Bam! Scientists Watch Distant Exoplanet Collision

Astronomers love a hot mess — at least when it can tell them more about how solar systems work.

Meghan Bartels |

When scientists studied a star system called BD +20 307 a decade ago, they saw a lot of warm dust. And when they checked in on the neighborhood again using SOFIA, an airplane-based telescope run by NASA and its German counterpart, scientists saw even more warm dust. That could be a sign that astronomers are seeing the residue of a fairly recent dustup.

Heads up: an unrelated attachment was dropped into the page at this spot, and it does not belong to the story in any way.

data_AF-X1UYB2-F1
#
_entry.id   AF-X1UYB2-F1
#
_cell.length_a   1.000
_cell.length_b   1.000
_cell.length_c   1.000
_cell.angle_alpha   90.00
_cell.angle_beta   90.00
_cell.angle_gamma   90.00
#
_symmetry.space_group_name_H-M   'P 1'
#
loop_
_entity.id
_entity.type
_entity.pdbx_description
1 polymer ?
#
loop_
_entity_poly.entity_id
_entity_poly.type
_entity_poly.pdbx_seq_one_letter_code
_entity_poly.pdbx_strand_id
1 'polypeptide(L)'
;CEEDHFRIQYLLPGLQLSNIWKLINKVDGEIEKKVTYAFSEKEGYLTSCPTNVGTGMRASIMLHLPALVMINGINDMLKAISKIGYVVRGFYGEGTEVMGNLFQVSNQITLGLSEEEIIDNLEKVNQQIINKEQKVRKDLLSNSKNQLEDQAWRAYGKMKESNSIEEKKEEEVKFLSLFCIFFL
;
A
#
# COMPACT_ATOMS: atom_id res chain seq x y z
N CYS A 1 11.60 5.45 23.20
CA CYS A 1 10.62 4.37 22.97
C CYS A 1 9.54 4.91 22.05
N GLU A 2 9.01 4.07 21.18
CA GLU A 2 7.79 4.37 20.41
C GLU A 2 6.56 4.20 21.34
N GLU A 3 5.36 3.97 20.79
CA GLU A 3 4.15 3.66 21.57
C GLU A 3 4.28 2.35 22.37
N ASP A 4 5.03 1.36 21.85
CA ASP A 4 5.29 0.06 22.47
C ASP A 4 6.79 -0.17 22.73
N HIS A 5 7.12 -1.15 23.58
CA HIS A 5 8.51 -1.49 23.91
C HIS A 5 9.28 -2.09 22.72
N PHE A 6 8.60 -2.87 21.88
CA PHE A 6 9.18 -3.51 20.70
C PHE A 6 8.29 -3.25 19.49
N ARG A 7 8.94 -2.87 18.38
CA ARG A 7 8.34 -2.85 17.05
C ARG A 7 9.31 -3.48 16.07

An artist’s depiction of a collision between two exoplanets. (Image: © NASA/SOFIA/Lynette Cook)

„This is a rare opportunity to study catastrophic collisions occurring late in a planetary system’s history,“ Alycia Weinberger, a staff scientist at the Carnegie Institution for Science in Washington, D.C., and the lead investigator on the project, said in a NASA statement. „The SOFIA observations show changes in the dusty disk on a timescale of only a few years.“

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